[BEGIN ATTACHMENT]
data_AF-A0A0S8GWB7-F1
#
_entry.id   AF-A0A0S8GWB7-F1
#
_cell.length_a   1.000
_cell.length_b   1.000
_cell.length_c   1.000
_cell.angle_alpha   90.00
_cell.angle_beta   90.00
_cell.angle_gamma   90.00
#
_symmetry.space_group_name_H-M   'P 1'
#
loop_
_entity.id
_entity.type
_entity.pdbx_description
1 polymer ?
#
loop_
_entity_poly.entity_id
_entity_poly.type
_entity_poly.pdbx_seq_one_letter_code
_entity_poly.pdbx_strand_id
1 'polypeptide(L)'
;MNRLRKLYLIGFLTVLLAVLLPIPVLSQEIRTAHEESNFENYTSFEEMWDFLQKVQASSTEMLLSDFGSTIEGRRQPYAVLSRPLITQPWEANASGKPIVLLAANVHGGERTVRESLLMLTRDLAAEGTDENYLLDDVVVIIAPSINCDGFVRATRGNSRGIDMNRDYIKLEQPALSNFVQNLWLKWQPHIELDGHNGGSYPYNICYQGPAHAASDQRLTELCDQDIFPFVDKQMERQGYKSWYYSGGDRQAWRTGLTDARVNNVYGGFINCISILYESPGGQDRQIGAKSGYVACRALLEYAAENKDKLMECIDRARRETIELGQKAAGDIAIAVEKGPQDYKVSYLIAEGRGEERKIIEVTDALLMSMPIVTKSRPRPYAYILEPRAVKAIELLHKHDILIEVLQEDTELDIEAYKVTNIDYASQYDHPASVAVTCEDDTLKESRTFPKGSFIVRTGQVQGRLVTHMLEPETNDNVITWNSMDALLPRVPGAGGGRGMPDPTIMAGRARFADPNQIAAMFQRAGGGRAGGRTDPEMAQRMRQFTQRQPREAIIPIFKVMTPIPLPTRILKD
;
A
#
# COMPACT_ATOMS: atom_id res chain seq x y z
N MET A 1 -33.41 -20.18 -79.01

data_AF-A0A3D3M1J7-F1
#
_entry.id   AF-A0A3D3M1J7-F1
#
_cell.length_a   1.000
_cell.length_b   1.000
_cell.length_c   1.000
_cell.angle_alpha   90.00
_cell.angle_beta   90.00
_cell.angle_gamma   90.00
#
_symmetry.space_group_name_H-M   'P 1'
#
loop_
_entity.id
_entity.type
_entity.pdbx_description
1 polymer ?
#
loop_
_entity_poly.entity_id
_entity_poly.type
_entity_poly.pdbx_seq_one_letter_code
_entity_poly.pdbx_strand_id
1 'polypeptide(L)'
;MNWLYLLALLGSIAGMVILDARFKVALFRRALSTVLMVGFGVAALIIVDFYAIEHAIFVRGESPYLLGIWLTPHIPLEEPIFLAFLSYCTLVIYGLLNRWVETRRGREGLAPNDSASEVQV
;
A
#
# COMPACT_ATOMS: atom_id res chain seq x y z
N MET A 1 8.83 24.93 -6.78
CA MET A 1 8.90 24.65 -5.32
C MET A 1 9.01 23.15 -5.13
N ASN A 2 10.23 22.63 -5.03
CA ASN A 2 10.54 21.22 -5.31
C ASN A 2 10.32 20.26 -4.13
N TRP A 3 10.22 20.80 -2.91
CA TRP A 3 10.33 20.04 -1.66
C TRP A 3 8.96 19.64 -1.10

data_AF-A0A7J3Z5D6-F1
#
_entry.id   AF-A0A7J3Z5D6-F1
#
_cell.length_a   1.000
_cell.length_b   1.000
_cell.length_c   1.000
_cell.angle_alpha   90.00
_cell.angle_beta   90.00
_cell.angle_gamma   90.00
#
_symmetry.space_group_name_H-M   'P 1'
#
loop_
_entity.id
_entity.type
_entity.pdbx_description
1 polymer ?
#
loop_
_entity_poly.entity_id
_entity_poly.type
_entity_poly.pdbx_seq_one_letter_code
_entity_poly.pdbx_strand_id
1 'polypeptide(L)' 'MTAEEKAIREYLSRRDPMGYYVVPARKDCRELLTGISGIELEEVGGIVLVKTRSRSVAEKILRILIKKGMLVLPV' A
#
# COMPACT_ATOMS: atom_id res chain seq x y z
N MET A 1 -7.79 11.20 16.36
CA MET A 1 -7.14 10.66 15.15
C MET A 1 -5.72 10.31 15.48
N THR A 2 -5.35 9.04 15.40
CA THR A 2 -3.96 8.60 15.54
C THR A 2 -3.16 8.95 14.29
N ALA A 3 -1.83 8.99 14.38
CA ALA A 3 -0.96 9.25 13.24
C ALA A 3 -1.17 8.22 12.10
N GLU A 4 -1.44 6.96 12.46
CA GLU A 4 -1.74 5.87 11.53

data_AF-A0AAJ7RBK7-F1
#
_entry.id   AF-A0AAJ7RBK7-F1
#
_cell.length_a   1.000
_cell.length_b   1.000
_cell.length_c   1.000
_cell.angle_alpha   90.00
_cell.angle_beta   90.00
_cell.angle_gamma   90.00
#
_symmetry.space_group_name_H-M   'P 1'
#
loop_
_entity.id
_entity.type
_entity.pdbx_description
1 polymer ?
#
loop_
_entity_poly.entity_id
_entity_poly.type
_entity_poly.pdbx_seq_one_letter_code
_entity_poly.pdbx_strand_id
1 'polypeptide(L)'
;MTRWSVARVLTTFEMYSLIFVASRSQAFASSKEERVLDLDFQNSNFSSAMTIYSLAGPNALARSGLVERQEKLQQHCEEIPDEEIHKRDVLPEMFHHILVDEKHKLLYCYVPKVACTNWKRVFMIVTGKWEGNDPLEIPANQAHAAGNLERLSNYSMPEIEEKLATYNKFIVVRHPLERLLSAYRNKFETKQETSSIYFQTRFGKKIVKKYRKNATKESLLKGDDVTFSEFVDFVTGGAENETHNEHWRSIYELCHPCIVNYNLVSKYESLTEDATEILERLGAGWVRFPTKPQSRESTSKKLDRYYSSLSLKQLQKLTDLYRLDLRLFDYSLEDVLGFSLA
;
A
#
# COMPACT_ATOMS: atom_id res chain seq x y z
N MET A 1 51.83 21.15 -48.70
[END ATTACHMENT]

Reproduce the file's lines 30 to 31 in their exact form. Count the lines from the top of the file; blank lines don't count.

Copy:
# COMPACT_ATOMS: atom_id res chain seq x y z
N MET A 1 -33.41 -20.18 -79.01